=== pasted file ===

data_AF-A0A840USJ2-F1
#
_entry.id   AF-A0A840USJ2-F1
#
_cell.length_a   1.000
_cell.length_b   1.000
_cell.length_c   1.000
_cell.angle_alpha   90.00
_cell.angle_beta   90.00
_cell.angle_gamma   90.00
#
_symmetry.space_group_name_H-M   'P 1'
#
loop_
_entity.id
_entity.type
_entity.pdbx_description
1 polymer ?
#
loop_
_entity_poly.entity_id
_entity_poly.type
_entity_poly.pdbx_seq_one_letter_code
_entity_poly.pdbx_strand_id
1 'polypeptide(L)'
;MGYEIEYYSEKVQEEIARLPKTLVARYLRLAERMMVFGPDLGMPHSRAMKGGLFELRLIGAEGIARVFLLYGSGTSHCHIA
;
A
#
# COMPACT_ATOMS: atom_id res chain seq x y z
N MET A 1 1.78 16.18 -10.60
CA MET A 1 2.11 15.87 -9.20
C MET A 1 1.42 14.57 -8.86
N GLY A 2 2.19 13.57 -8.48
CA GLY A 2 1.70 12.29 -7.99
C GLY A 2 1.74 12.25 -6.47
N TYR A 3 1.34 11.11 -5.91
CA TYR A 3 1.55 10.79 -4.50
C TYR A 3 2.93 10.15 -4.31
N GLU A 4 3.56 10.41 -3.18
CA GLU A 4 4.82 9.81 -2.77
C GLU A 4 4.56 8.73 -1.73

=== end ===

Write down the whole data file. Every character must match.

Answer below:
data_AF-A0A840USJ2-F1
#
_entry.id   AF-A0A840USJ2-F1
#
_cell.length_a   1.000
_cell.length_b   1.000
_cell.length_c   1.000
_cell.angle_alpha   90.00
_cell.angle_beta   90.00
_cell.angle_gamma   90.00
#
_symmetry.space_group_name_H-M   'P 1'
#
loop_
_entity.id
_entity.type
_entity.pdbx_description
1 polymer ?
#
loop_
_entity_poly.entity_id
_entity_poly.type
_entity_poly.pdbx_seq_one_letter_code
_entity_poly.pdbx_strand_id
1 'polypeptide(L)'
;MGYEIEYYSEKVQEEIARLPKTLVARYLRLAERMMVFGPDLGMPHSRAMKGGLFELRLIGAEGIARVFLLYGSGTSHCHIA
;
A
#
# COMPACT_ATOMS: atom_id res chain seq x y z
N MET A 1 1.78 16.18 -10.60
CA MET A 1 2.11 15.87 -9.20
C MET A 1 1.42 14.57 -8.86
N GLY A 2 2.19 13.57 -8.48
CA GLY A 2 1.70 12.29 -7.99
C GLY A 2 1.74 12.25 -6.47
N TYR A 3 1.34 11.11 -5.91
CA TYR A 3 1.55 10.79 -4.50
C TYR A 3 2.93 10.15 -4.31
N GLU A 4 3.56 10.41 -3.18
CA GLU A 4 4.82 9.81 -2.77
C GLU A 4 4.56 8.73 -1.73